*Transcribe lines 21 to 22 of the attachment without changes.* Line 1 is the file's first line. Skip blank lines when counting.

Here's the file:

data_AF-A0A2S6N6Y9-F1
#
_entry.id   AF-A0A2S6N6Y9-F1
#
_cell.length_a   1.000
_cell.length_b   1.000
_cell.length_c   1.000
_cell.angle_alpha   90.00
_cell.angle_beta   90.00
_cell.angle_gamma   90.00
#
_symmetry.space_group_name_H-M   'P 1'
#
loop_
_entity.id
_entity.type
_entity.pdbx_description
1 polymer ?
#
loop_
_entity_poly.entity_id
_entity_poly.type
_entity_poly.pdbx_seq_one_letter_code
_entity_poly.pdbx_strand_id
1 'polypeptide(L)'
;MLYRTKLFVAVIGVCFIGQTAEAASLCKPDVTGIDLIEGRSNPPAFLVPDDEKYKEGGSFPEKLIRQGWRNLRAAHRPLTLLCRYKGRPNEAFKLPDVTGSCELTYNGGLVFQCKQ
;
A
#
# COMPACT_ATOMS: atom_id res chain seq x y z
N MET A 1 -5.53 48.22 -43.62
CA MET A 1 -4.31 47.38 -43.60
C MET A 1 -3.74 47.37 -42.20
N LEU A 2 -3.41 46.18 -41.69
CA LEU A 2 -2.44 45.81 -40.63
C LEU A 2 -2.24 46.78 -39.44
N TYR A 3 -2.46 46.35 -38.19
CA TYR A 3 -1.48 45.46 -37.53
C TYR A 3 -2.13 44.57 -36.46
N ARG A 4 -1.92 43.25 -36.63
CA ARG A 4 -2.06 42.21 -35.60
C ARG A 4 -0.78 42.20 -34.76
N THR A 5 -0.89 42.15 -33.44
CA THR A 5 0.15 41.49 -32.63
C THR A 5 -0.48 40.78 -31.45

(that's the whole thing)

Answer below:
_entity_poly.entity_id
_entity_poly.type